Taking a Look at Bottled Water
Bottled water costs up to 2000 times more per volume than tap water. Around 64% of commercial bottled water is just tap water that’s been filtered or purified. 70% of plastic water bottles are not recycled -- and still people drink from them.
Getting off the bottle is more than a slogan, it's a necessity for the earth and for retaining water as a public resource. In buying bottled water, consumers are inadvertently legitimizing the capture of water that belongs to all of us by private, for-profit companies who reap unearned, enormous riches. Water belongs to the public and cannot be privately owned. Turning water into a product for private profit is inconsistent with the 1500-year-old public trust doctrine of law and risks putting all water up for grabs.
FLOW's Get Off the Bottle campaign is designed to help you understand what's at stake, entertain you, and inspire you to take action in your daily life.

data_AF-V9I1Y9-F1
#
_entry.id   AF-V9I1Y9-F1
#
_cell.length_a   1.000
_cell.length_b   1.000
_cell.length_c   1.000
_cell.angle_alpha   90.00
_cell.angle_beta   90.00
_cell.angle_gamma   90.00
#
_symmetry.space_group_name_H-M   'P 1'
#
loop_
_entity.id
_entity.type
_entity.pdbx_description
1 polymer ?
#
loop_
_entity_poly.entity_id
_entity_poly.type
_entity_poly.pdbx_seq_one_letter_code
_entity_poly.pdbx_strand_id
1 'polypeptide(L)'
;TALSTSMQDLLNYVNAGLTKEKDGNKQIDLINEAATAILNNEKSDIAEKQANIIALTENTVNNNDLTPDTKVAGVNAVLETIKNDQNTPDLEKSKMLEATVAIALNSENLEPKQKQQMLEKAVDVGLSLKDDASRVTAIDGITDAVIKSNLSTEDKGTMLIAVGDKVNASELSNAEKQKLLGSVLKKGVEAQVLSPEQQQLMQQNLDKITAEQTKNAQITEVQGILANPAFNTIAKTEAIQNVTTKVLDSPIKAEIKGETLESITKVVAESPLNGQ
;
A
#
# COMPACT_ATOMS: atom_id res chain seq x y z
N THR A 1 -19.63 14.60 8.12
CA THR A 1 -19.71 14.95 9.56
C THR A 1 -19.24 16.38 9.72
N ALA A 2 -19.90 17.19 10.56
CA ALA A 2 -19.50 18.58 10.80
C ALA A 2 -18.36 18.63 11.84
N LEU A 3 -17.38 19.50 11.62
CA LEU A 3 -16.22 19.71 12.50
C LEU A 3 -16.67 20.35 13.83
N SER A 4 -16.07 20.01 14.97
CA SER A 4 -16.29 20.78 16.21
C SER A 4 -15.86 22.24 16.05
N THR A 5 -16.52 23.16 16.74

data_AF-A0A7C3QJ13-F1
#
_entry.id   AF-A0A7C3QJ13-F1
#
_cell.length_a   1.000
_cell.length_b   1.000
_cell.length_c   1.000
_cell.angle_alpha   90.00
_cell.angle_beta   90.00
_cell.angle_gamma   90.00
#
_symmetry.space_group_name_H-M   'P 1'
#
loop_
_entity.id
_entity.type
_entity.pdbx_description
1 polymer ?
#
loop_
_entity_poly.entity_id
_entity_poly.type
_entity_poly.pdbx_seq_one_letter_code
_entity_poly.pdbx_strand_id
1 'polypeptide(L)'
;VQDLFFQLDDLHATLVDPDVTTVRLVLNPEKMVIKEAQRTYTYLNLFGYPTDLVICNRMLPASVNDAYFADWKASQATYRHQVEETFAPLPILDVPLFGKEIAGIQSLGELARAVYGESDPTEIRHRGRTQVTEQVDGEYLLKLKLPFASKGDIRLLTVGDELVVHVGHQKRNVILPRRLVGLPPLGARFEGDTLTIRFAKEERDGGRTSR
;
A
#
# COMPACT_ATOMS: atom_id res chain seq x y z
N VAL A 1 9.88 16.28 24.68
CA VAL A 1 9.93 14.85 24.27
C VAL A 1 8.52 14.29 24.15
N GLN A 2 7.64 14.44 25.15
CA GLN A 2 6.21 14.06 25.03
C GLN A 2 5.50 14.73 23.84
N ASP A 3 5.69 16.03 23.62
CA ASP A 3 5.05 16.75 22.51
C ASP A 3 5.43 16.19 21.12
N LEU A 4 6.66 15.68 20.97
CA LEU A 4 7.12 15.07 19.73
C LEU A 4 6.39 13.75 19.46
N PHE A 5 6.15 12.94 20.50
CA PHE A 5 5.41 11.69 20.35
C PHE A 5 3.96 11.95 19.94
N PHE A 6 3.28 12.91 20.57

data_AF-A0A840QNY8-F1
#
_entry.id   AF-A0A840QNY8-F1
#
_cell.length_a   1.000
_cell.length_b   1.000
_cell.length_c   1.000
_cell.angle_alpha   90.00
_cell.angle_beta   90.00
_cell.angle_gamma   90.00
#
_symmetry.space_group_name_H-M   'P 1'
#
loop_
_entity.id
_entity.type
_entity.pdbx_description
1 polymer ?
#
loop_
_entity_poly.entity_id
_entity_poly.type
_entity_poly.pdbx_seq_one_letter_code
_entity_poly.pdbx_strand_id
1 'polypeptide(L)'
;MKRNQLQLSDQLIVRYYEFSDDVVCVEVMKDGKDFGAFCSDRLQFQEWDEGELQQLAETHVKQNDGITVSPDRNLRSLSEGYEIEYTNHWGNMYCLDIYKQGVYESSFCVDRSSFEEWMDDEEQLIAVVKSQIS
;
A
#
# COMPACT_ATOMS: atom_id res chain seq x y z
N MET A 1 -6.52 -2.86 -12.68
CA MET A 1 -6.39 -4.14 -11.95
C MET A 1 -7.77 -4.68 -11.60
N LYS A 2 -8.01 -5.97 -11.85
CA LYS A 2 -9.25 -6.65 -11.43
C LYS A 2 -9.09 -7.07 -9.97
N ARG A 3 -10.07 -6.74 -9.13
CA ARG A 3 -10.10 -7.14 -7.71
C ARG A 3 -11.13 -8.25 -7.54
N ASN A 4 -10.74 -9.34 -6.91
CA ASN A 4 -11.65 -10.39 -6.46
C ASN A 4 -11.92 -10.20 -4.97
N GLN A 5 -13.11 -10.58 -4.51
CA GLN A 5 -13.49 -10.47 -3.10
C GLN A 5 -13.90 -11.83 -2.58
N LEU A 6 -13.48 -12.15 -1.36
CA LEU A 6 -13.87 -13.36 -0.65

What You Can Do:
Take the pledge and commit to Getting Off the Bottle.
Use a reusable water bottle.
Ask your city officials to install water filling stations in local parks.
Drink from the tap or a drinking fountain & skip the straw.
Support policies that promote clean, affordable, and public water.
Participate in FLOW's Get Off the Bottle campaign by spreading the word, buying a sticker or yard sign, or donating.
Sign up for FLOW's newsletter to stay up to date on this campaign and other important Great Lakes news.
Stickers & Yard Signs:
Stop by the FLOW office to purchase a Get Off the Bottle sticker or a yard sign to support the cause!
Story of Stuff Bottled Water Videos:
WHO launches health review after microplastics found in 90% of bottled water
What's in your bottled water? A new analysis of some of the world’s most popular bottled water brands found that more than 90% contained tiny pieces of plastic. A previous study also found high levels of microplastics in tap water.
The World Health Organization (WHO) has announced a review into the potential risks of plastic in drinking water.
In one bottle of Nestlé Pure Life, concentrations were as high as 10,000 plastic pieces per litre of water. Of the 259 bottles tested, only 17 were free of plastics, according to the report.